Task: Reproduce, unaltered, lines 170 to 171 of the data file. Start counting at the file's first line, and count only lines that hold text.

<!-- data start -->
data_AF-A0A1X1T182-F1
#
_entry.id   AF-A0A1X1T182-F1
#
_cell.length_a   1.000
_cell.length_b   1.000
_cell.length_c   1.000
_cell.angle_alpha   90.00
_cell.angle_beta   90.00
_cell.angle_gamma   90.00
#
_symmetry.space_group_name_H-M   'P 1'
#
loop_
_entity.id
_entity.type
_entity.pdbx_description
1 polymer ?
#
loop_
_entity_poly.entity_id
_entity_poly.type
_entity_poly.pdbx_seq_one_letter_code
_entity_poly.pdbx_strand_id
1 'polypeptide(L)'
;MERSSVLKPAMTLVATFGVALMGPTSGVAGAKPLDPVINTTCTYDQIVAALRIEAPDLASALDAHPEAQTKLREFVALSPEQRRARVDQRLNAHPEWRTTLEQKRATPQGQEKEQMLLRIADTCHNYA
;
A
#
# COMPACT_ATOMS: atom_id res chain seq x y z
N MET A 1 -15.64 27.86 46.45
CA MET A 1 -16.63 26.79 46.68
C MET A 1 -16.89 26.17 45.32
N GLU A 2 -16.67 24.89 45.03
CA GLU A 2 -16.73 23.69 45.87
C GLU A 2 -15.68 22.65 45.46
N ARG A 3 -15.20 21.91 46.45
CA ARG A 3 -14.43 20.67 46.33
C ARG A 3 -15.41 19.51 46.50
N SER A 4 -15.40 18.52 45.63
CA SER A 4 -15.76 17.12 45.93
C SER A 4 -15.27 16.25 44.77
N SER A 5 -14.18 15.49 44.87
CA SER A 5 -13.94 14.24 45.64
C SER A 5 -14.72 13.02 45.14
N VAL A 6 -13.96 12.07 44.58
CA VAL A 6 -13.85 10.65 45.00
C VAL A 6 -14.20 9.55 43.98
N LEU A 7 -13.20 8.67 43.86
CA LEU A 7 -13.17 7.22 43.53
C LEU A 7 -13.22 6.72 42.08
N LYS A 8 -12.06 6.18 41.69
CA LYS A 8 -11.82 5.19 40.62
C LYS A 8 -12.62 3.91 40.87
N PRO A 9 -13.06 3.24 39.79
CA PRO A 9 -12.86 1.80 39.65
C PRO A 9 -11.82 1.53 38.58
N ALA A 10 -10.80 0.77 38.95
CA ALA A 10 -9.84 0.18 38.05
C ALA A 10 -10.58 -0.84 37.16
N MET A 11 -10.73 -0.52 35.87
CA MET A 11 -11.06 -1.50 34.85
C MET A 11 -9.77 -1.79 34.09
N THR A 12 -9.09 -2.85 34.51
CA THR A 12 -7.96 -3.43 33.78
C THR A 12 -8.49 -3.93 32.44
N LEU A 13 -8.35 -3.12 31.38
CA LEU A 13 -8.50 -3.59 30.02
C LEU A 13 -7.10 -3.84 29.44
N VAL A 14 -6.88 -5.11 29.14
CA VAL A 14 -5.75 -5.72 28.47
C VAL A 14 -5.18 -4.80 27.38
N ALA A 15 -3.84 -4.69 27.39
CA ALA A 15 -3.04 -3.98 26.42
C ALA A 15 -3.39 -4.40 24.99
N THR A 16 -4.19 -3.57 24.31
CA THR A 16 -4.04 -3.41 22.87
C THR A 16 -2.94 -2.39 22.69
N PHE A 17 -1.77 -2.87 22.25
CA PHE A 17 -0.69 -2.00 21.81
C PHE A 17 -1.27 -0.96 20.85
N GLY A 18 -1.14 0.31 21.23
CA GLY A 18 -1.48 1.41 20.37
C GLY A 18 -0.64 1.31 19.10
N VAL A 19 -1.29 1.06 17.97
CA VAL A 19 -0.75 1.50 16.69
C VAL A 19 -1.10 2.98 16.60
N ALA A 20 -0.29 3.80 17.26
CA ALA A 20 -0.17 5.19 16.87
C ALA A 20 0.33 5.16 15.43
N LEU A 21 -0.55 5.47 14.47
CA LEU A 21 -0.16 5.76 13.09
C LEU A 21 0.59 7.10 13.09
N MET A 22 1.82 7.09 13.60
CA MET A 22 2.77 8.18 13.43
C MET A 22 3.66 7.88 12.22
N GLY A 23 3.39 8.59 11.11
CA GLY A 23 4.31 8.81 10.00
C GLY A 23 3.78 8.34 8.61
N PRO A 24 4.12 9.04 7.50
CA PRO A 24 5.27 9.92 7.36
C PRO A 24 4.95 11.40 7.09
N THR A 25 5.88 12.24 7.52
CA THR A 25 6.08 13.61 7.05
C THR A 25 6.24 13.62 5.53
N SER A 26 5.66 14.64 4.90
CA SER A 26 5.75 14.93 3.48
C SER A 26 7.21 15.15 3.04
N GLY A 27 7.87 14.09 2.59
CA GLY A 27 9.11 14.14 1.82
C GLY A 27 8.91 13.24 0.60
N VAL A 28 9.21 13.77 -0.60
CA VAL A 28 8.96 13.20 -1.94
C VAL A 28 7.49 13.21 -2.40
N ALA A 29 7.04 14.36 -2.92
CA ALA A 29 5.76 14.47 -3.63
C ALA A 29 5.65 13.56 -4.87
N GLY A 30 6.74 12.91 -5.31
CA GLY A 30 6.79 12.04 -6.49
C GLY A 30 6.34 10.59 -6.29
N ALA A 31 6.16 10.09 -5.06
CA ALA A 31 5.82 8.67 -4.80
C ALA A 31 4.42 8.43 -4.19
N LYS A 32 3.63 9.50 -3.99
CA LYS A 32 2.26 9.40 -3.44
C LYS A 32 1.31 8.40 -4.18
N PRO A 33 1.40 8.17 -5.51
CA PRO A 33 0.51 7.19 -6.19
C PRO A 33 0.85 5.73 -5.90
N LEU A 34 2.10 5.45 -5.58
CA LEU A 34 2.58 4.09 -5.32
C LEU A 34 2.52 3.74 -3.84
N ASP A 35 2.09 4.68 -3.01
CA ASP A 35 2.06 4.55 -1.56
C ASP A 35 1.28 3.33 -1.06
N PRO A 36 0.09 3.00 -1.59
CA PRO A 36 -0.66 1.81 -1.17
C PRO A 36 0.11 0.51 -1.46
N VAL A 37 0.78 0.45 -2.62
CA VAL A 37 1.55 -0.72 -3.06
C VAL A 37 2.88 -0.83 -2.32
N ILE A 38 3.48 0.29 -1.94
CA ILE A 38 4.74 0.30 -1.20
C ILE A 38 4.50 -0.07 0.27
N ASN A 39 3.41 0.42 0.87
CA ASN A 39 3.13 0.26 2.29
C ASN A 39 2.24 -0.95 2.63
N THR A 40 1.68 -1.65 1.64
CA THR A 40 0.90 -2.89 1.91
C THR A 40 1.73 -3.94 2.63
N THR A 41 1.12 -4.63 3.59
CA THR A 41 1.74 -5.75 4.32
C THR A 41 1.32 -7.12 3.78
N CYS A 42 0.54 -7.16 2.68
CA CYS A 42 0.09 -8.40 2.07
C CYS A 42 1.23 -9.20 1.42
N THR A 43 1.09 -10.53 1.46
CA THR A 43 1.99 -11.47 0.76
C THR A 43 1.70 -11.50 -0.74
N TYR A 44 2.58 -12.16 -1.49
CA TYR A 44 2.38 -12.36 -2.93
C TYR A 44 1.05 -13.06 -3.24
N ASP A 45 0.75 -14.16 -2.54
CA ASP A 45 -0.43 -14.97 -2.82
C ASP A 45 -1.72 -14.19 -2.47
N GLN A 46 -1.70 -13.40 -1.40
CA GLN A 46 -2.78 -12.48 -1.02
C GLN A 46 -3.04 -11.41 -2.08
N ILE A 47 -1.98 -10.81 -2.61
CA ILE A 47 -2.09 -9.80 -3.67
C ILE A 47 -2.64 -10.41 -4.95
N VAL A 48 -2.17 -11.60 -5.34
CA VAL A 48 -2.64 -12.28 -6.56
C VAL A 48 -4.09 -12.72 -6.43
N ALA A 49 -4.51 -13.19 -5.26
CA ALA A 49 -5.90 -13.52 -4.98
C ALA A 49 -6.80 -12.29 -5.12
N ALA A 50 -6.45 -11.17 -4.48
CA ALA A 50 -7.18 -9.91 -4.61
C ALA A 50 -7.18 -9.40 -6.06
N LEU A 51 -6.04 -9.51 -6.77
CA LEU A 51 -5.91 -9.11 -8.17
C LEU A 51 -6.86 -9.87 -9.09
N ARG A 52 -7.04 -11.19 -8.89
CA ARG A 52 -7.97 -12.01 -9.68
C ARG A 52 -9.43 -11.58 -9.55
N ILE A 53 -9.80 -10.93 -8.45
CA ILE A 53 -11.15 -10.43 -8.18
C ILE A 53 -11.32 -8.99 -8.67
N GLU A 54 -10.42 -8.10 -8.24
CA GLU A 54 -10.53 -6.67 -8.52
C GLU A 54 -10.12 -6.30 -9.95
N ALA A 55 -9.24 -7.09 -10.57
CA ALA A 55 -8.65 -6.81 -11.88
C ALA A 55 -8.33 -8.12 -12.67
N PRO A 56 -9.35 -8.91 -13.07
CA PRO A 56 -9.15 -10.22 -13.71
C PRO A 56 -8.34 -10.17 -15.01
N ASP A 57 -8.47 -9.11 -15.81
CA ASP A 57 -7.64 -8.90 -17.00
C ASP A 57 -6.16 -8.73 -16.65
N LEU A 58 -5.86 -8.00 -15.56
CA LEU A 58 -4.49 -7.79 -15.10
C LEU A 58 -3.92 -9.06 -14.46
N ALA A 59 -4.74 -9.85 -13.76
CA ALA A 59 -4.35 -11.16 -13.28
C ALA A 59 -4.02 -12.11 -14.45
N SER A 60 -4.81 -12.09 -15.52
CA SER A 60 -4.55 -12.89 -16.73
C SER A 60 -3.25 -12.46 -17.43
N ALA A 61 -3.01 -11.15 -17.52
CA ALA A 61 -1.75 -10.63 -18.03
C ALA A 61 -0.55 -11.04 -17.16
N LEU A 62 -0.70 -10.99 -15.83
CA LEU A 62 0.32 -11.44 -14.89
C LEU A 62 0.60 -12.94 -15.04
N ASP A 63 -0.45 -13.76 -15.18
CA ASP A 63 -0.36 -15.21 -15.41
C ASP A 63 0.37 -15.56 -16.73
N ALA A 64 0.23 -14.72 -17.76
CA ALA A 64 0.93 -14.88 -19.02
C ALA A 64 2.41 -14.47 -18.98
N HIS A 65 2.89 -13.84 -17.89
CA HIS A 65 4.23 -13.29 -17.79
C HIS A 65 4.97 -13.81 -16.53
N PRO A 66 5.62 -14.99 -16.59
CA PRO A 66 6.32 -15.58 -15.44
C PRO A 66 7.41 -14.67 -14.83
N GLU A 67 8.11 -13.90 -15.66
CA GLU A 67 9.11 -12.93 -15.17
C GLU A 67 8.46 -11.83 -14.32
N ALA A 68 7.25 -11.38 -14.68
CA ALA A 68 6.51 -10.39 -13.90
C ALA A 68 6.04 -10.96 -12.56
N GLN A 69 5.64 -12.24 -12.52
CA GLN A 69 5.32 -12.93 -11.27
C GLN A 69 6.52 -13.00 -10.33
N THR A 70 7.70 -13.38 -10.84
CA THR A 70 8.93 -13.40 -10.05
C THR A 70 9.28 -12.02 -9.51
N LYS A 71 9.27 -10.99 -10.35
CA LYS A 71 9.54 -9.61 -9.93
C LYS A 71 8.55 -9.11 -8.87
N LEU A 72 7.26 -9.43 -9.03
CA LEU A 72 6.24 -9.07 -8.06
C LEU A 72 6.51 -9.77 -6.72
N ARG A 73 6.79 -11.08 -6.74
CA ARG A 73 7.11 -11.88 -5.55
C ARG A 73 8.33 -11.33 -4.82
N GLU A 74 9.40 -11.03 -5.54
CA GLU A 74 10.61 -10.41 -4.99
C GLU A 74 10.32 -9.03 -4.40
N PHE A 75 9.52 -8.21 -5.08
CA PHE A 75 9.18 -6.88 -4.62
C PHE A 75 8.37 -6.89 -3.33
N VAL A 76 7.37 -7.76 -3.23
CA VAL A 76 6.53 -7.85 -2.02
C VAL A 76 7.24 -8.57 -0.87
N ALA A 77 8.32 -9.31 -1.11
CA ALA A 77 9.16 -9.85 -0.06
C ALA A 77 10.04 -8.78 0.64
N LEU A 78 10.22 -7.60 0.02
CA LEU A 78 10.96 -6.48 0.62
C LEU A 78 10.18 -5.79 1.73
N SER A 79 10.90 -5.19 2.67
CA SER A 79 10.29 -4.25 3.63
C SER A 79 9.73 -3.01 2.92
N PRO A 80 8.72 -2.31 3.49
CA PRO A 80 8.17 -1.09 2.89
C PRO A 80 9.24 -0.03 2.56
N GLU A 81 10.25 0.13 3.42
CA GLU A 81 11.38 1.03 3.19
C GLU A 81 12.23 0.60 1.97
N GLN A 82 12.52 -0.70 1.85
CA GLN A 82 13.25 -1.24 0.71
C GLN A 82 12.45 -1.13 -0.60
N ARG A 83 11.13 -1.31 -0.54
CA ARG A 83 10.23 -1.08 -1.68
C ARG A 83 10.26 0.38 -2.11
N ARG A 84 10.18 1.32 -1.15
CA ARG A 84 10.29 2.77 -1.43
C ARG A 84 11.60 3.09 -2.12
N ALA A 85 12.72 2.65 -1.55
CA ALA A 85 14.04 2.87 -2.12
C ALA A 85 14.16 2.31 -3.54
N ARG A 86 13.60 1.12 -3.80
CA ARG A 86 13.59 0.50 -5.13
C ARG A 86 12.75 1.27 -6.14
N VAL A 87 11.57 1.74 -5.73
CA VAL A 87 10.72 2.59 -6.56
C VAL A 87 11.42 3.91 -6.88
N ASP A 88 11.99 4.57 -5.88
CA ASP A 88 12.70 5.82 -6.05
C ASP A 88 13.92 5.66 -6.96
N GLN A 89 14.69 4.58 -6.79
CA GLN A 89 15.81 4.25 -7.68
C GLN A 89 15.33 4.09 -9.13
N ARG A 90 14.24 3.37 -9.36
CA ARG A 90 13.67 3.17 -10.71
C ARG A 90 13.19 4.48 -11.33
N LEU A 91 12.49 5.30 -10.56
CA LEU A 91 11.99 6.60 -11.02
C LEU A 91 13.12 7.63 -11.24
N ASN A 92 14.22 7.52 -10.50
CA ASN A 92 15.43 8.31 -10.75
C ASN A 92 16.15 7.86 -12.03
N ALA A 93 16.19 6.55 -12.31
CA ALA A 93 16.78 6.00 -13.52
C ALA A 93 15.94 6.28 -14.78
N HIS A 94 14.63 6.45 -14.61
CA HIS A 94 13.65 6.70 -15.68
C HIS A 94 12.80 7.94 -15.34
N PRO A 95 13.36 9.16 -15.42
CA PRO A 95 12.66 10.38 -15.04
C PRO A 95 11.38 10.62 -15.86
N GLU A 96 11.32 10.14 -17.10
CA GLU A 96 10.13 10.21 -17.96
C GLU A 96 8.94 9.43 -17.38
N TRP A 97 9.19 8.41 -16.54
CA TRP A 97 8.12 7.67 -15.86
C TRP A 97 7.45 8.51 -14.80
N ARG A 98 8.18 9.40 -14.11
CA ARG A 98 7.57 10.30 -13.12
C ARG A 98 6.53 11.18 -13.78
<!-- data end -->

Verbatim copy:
CA ILE A 47 -2.09 -9.80 -3.67
C ILE A 47 -2.64 -10.41 -4.95